Football's a roller-coaster: Jamshedpur FC's Hartley stresses on mental health’s importance

The former Sunderland and Motherwell centre-back said that mental health was the most important aspect in football

Peter Hartley in action for Jamshedpur FC in the ISL last season.   -  ISL/Sportzpics

Mental health has become a significant talking point in sports with prominent athletes Simone Biles, Naomi Osaka and Ben Stokes have all taken breaks owing to their mental health.

Emphasising on the importance of mental health in football, Indian Super League side Jamshedpur FC’s captain Peter Hartley, said “that’s where the game starts”.

In an interview to Sportstar, he said, “Mental health is the most important thing in football, because without having a fresh mind and a positive state of mind, you can't physically play to your maximum potential every single game.”

READ | Simone Biles: Mental health advocacy part of post-Olympic tour

MIND, an UK-based charity recently, recognised in a study that elite sportsmen experience a unique set of pressures that affect their mind severely.

Breaking down the mental aspect of the beautiful game

Hartley stressed on the need to keep a healthy and happy mind for success in the sport.

“That's where the game starts – it doesn't start when you go from the warm up or when the referee blows the whistle for kick-off, the game starts two-three hours before the night before,” said Hartley.

“Your thought process, what's going through your head, the positive thoughts going over your images, your little patterns of play in your head.”

“If you come in that situation, when the game does starts, you've already seen it in your head. You have that split second extra.”

“Obviously, players have been technically gifted, blessed with so much work ethic but mentally just not been strong enough to deal with playing in front of big crowds and getting criticised,” he added.

Hartley spent four seasons at Scotland's Motherwell FC. - GETTY IMAGES

 

Collect ticks and not crosses

Hartley led Jamshedpur FC to a record number of nine clean sheets last season, with the club finishing mid-table.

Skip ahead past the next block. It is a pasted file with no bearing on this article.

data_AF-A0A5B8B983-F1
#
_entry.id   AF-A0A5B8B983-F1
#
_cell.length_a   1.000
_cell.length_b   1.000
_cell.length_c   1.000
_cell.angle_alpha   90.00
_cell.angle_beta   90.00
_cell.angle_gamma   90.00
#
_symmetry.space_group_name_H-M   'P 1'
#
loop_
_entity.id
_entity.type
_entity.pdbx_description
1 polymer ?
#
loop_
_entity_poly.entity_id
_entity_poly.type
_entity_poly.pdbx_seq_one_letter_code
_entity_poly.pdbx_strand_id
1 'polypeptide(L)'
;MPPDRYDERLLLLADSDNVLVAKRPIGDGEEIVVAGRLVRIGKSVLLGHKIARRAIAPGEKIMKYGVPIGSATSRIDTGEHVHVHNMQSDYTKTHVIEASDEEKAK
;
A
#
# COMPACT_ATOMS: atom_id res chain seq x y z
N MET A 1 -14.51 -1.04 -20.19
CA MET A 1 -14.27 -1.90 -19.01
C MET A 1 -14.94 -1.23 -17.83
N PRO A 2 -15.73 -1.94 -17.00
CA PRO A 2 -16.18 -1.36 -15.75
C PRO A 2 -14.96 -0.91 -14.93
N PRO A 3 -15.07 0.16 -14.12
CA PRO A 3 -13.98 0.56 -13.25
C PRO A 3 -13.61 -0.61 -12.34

He reiterated the importance of mental strength to the young footballers at the club.

“Collect ticks and not crosses,” he said.

“Mental strength is the first tick in the box for becoming a professional footballer. If you give the ball away, don't worry about what just happened; think about the next pass.”

“Every time you keep the ball it's a tick, and then the confidence is building because you kept the ball for three passes.”

“I said to Mobashir (Rahman) to keep it simple for the first 10 minutes. You play into a game, you get more confident as the game goes along.”

“And then obviously, you can start expressing yourself,” he added.

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The English centre-back began his journey in Indian football during the pandemic last year. Settling away from family was “extremely difficult”, but Jamshedpur’s camaraderie was his panacea, he says.

“Everybody had down days and open days being in a bubble. We’ve had an amazing togetherness at the club, and we pulled each other through.”

“I didn't realise how difficult it was going to be living away from my family until I’d done it. I've got a four-year old son and my wife was pregnant as well at the time. So that was even more difficult,” he said.

Football's a roller-coaster”

Coming from the ranks at Sunderland, Peter made his debut under former Manchester United player-turned-manager Roy Keane.

However, he spent most of his career in the lower divisions of English football after leaving Sunderland, which was then in the Premier League.

“Football's a roller-coaster, you're going to be on top of the world one day, and then you're going to be on the bottom of the world the next. So you've got to stay level headed.”

He suffered two successive relegations with Hartlepool United and Stevenage in 2013 and 2014 respectively, which in his opinion, made him grow up.

“I know it sounds a bit strange, two relegations benefited me but it made me a man.”

“It made me understand that football is a game and at the end of the day, you've got to put bread on the table and you're fighting for your life, so it made me realise that you've got to dig deep and you can't accept low standards in the dressing room.”

“You can't get carried away never get too high when things are going well. And obviously you don't get too low when they're not,” he said.

Since 2017, he joined Motherwell, becoming the runner-up in the Scottish Cup and Scottish league cup in 2018 and led the team to a third place finish in the 2019-20 season as club-captain.

READ | ISL: Jamshedpur FC retains captain Peter Hartley for 2021-22 season

Hartley signed a one-year-extension with Jamshedpur this month and will have to continue playing behind closed doors for the 2021 season.

“It just gives me a new lease of life – playing in India, with the different cultures and seeing how different people are and how different people live is absolutely amazing,” he said.

With bio-secure bubble continuing in the new ISL season, the skipper from Hartlepool will look to surpass impediments with a healthy body and more importantly, a healthy mind.

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